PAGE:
One year in, the devastating environmental impact of war in Ukraine comes into view
February marked the one-year anniversary of Russia’s invasion of Ukraine, 12 months of humanitarian, political, and economic crises. Tens of thousands of lives have been lost, millions of people have been displaced, and while the Ukrainian military surprised the world by holding its own and reclaiming half the land captured by Russia this year, the fighting has no clear end in sight.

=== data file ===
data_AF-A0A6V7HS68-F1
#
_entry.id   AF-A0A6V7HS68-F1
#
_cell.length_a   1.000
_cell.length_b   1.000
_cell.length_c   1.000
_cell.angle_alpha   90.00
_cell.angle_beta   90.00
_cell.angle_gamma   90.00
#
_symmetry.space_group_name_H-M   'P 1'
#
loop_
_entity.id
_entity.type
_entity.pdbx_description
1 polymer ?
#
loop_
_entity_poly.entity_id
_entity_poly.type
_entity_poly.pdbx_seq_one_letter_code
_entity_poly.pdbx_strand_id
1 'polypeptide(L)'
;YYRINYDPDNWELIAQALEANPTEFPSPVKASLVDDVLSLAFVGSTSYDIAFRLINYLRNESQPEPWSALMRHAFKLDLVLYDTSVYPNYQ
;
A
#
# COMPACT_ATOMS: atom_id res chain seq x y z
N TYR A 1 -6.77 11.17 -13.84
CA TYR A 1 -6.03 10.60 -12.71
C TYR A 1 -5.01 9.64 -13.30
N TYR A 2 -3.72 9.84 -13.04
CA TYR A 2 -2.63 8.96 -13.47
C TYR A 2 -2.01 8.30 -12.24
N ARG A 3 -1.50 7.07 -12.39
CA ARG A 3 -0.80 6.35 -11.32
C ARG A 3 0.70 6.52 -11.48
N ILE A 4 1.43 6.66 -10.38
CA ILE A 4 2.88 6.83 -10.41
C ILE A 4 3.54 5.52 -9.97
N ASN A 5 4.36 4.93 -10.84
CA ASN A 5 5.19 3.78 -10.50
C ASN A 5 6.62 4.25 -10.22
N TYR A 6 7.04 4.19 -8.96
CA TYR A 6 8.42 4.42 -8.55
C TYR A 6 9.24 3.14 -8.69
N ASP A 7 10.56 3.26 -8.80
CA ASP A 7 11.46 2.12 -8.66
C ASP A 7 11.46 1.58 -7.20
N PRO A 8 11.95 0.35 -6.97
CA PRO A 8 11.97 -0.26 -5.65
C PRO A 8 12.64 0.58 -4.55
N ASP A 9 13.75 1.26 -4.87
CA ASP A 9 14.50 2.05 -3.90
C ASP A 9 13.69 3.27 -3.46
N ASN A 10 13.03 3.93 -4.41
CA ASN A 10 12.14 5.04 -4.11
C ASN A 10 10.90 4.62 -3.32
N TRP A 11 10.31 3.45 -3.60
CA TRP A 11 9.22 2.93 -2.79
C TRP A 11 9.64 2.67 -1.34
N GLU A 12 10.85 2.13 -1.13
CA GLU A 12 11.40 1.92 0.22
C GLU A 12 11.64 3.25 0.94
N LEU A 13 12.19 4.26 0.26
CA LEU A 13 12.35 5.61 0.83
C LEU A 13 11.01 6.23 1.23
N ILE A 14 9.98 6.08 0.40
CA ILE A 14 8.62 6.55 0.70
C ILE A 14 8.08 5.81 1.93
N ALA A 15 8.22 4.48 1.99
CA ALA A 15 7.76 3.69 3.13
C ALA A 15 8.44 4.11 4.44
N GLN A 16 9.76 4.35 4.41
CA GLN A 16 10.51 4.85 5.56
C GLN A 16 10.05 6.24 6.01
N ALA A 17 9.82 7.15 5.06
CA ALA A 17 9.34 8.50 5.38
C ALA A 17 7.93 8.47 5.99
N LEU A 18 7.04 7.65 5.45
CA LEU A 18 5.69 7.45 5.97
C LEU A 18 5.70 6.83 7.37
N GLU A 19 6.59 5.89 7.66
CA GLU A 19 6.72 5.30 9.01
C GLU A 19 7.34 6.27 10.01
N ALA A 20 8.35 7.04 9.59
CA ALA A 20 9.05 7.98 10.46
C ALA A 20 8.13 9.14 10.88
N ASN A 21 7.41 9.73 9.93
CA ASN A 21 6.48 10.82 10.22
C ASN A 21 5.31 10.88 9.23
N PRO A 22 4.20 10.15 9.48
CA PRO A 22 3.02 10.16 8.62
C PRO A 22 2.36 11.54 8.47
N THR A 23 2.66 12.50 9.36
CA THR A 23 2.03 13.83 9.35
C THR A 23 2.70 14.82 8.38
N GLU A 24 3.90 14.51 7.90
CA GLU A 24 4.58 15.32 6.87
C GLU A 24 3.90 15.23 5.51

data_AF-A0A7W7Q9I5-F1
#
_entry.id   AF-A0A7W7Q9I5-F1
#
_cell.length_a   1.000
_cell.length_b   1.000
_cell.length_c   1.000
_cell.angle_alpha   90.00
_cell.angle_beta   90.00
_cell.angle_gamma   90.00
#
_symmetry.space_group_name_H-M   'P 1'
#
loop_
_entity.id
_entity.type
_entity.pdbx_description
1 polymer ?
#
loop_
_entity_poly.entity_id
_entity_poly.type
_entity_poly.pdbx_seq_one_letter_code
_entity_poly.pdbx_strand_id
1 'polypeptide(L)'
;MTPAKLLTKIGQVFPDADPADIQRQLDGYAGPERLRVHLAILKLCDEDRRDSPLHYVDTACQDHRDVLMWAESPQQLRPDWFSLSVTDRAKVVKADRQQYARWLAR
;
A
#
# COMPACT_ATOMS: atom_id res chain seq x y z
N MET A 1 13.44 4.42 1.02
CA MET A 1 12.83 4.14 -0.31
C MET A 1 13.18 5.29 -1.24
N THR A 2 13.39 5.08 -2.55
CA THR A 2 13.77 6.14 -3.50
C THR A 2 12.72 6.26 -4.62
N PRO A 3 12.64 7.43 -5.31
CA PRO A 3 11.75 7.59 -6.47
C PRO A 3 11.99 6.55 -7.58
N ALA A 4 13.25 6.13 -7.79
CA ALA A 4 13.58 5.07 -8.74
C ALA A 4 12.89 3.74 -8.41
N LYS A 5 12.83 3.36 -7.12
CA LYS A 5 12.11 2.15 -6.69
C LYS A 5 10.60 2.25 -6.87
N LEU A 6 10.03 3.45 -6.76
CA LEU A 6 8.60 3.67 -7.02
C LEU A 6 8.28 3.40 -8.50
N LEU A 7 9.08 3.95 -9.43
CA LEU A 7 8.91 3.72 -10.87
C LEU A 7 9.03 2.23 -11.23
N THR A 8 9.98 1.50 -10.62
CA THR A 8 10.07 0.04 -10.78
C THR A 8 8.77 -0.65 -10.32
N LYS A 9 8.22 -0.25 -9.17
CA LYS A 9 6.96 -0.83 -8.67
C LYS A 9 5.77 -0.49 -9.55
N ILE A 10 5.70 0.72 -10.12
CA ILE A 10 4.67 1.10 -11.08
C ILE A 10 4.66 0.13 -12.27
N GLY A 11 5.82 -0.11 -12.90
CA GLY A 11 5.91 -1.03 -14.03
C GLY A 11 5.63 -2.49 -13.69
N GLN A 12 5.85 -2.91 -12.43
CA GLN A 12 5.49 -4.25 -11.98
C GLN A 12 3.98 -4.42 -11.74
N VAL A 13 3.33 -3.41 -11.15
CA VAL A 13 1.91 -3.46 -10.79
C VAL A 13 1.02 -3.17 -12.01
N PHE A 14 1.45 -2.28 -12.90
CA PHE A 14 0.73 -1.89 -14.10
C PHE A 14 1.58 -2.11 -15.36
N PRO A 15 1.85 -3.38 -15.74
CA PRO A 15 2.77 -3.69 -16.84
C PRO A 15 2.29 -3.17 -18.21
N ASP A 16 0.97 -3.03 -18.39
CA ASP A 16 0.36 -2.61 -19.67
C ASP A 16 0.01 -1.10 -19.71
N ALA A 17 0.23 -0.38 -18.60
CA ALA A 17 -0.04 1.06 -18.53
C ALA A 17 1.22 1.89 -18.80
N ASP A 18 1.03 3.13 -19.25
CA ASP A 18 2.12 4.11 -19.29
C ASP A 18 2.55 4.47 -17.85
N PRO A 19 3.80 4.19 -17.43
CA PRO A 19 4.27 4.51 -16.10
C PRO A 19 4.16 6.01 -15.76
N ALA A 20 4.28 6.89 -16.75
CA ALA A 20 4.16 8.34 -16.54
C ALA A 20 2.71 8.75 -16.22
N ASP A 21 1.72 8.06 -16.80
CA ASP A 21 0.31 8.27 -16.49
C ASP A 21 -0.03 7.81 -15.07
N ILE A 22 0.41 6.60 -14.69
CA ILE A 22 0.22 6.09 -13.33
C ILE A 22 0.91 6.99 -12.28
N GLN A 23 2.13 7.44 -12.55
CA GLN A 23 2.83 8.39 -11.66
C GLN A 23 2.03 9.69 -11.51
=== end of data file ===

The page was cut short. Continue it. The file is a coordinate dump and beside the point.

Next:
The conflict also put the global oil trade in the spotlight. From the beginning, some argued that spiking gas prices in the absence of Russian fuel supplies would spur clean energy planning in Europe and elsewhere. But a year out, it has become clear that the war resulted in essentially a doubling down on dirty fuel, at least in the short term. European subsidies for fossil fuels rose higher than ever and carbon emissions reached a global peak as countries scrambled for coal, oil, and gas. Nations that couldn’t afford natural gas turned to burning more coal, and U.S. President Joe Biden called for more domestic fossil fuel production. Meanwhile, Shell, Exxon, and BP reported record profits.